Bike, just like, some dream come true happens to be a part of your life. You flaunt it to your friends, acquaintances, and family only to learn that it is bulking up on your budget because of heavy petrol expenses. Everything goes right into vain, right? Mileage, thus, is one of the foremost things one checks before investing on a bike. You look for a bike which you can afford both while buying as well as maintaining. In short, you dream of a bike that serves you with the best by not being too much on your budget.
It can broadly be described as fuel economy. It is one of the growing concerns among people while buying a bike. Mileage is defined by a number of kilometers per liter or gallon of fuel. Now, as it is directly linked to your fuel expenses, hence the term fuel economy.
You might have come across the word ‘mileage’ quite frequently in your life. Everyone talks about it. They discuss their vehicle mileage and confirm with others. But what does it exactly mean? It can be too overwhelming for someone purchasing a bike for the first time in life. So, a bike’s mileage is defined as the average number of kilometers it travels in a liter of fuel. Practically, it is calculated by kilometers traveled on a full tank of fuel. Now, every vehicle is bound to give a specific mileage to its customer and it is regulated directly by regulatory bodies.
In India, Automotive Research Association of India (ARAI) carries out fuel economy test based on Indian Driving Cycle (IDC). It is a laboratory test that is conducted on a rolling road which stimulates a typical Indian driving environment over 10 kilometers. Nevertheless, practically you cannot expect your vehicle to exactly match with the ARAI terms and a -10% to -20% ratio is also formidable and considered safe.
Before deciding on a particular bike you can calculate the mileage on your own for your benefit.
Let’s see how,
It is calculated by a simple formula: Distance traveled/ Fuel used.
For example, if your bike travels 400 km on 20 liters of fuel, then the bike mileage shall be,
=400/20 = 20 km/L
Additionally, what you can do is calculate the mileage for 100 km,
For example, if a bike travels 400 km on 20 liters of fuel, then the bike mileage per 100 km shall be,
= [(100 km x 20 L)] / 400 = 5 L/100km
Thus, your bike’s mileage would be 5 L/100Km.
In such cases, you just have to fill your bike tank to the fullest and set the trip meter to ‘0’. Then refill the tank again after traveling 100 kilometers. This way you can determine the mileage easily. You can repeat this 3-4 times to get an average result. This method is easy yet does not give accurate results because one cannot completely confirm if the tank is really full or not.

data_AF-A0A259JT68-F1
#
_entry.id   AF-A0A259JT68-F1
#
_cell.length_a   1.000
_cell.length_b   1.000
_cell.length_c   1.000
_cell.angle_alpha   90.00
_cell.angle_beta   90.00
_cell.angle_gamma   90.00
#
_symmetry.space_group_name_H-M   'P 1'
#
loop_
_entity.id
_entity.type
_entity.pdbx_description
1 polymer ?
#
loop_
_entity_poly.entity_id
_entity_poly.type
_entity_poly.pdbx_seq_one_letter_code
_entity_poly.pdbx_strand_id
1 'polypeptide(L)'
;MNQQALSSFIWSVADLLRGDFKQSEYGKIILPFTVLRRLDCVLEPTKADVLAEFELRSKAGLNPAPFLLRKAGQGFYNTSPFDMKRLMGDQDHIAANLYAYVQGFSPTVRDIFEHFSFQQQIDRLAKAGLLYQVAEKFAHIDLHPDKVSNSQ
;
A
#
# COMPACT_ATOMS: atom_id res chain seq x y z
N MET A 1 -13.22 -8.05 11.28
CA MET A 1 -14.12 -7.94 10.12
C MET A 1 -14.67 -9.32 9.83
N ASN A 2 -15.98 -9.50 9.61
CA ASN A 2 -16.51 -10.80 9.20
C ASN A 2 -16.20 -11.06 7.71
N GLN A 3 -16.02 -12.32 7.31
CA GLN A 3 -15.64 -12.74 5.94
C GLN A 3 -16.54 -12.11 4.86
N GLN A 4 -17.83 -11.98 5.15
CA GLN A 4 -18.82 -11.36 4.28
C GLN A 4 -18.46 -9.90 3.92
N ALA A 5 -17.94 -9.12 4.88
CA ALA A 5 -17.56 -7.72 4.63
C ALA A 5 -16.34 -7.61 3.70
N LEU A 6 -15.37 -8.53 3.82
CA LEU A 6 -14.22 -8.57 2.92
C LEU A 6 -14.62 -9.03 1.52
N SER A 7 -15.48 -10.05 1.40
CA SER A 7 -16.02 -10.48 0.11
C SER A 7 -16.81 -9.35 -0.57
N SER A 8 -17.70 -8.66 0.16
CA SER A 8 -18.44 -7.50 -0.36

Now, bikes also come with a reserve method to save you from running out of fuel. To properly determine the mileage you have to take reserve position into account as well. Switch the reserve position on your bike when you get reserve and note the odometer reading. Let’s assume it is 16,000 km. Then fill the tank again with fuel say 4 liters. Now, ride the bike until it again reaches the reserve point and notes down the odometer reading again. Let’s assume it is 16,200 km. Now, subtract the earlier reading from the latest one to get the difference. Assuming that your bike traveled 200 km after it reached the reserve position, the mileage can be calculated
= Kilometres covered/ Number of litres of fuel consumed.
= 200/4 = 5 km/L.
Thus, the mileage of your bike is 5 km/L. Similarly, repeat the process 3-4 times to get an accurate result.
The above two methods are easy but rely on the tank conditions which one cannot put hands on. Another and more reliable method is the bottle method in which a 1 L bottle is attached directly to the carburetor of bike. The trip meter is as usual set to zero and the bike is run until the fuel in bottle finishes. The final reading is noted down and mileage is calculated.
You can apply any of the three methods according to your ease and calculate mileage easily. and if your calculated mileage is less than what company promised then you must be doing something wrong that leads to more fuel burn. you can check out our guide on how to increase bike mileage. there small things like engine oil change, bike servicing, the way of riding etc you need to consider to maintain a good mileage of the bike.